How to save during the coronavirus pandemic
According to a new survey, while some Americans were forced to wipe out their savings during the coronavirus pandemic, others were actually able to put some extra cash away.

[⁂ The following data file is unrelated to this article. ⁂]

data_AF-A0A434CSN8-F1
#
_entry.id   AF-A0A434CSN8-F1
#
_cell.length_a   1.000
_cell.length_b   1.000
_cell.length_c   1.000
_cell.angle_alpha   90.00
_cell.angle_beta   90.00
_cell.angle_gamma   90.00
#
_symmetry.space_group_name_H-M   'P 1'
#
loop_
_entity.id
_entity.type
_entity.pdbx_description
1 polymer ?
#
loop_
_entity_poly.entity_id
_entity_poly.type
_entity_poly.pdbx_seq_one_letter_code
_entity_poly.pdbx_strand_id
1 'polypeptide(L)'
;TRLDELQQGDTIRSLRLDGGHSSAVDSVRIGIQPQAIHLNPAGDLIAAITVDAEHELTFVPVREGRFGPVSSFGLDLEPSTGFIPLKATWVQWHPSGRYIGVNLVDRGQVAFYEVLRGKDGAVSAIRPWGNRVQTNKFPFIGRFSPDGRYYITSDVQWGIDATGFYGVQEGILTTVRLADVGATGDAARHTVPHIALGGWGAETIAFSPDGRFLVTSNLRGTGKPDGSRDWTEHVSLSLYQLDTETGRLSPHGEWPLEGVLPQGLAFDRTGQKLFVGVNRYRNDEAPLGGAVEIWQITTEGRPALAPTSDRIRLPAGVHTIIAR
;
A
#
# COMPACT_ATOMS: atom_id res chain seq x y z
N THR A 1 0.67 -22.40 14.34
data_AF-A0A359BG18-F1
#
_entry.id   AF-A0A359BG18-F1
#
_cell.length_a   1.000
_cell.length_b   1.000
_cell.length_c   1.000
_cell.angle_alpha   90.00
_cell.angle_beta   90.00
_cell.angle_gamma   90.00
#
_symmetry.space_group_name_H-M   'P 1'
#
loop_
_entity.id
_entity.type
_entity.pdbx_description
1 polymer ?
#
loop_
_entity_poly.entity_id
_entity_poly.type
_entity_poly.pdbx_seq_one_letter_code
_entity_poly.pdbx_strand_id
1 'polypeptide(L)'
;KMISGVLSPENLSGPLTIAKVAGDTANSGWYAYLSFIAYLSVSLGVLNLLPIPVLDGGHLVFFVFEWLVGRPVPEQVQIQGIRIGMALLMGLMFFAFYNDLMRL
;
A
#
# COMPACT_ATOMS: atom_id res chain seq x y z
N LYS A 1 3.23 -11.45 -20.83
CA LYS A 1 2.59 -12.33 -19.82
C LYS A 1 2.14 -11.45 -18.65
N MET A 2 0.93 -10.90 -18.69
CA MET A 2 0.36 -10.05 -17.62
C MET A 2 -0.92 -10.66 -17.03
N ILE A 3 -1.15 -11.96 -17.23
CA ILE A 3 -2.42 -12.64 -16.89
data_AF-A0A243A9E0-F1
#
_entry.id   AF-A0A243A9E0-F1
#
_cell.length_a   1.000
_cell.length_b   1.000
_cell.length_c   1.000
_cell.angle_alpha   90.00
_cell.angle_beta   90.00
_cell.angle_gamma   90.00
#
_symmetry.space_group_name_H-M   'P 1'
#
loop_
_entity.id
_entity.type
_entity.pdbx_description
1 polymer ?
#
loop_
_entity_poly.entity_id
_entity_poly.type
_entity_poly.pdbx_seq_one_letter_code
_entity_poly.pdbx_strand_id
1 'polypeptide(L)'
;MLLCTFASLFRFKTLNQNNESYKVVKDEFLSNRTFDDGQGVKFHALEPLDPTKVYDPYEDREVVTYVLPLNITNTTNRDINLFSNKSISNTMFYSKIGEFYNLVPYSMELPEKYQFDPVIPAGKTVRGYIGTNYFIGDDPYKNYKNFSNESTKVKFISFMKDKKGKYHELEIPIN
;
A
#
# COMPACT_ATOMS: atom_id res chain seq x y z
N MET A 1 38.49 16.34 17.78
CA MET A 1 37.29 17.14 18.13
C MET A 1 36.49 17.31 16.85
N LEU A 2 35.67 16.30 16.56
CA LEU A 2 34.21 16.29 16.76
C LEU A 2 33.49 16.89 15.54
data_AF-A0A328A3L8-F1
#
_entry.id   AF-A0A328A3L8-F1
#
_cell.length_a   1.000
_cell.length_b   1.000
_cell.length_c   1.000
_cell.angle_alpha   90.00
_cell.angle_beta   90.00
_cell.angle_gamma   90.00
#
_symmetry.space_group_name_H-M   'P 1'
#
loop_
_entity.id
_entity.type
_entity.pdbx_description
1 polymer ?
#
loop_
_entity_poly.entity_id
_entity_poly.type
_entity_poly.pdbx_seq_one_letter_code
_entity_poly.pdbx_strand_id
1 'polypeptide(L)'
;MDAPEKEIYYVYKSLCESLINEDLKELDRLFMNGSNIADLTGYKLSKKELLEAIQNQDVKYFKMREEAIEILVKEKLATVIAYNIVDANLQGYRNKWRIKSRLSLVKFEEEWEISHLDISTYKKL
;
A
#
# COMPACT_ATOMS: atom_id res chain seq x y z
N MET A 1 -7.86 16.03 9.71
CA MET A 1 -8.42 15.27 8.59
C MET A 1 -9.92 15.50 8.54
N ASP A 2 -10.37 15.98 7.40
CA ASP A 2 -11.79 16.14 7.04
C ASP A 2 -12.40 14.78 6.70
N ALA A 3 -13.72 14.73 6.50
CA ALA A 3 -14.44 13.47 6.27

I've definitely the person that if I see the money, I'll spend it. For Stacy Kelly and Dog Guinness, life in Los Angeles could be expensive, but Kelly always thought she had a good hands on her finances. I always put the most I could in the 401 K, but I would spend pretty much anything I saw in my checking account. She was spending hundreds each month of the hair salon and hundreds more eating out. When she decided to leave her job and content creation to start her own business and the pandemic hit, Kelly was unprepared. I had no savings. I had no assets. And that's when I really just decided, like I have to really take control of like where I am. The pandemic has prompted many, just like Kelly, to get serious about their finances. In fact, in a new CNBC and Acorns invest in you survey conducted by Surveymonkey, 46% of people now considered themselves more of a saver than before. I think clients are much more in tune to their finances than ever. The survey also found almost a third of people needed to tap or completely wipe out their emergency savings and more than one in 10 needed to borrow money. Son group Wealth Partners When his son suggests for those with debt. Pay that off first. I always quit. It's like swimming with a broken arm. If you have debt, that's your broken arm. It's really difficult to get very far, Son says. Once you paid off your debt, established an emergency fund, set up automatic savings for this as well as automatic bill pay. So you don't miss payments to go back into debt. If you have extra funds to invest, concentrate on tax free accounts like a 41 K or IRA. I actually have buckets, and I can actually put money into it, which is really exciting for me because I never had that before. And I feel like I have control over where my money is going each time, and that feels really empowering. Health. Solomon CNBC Business News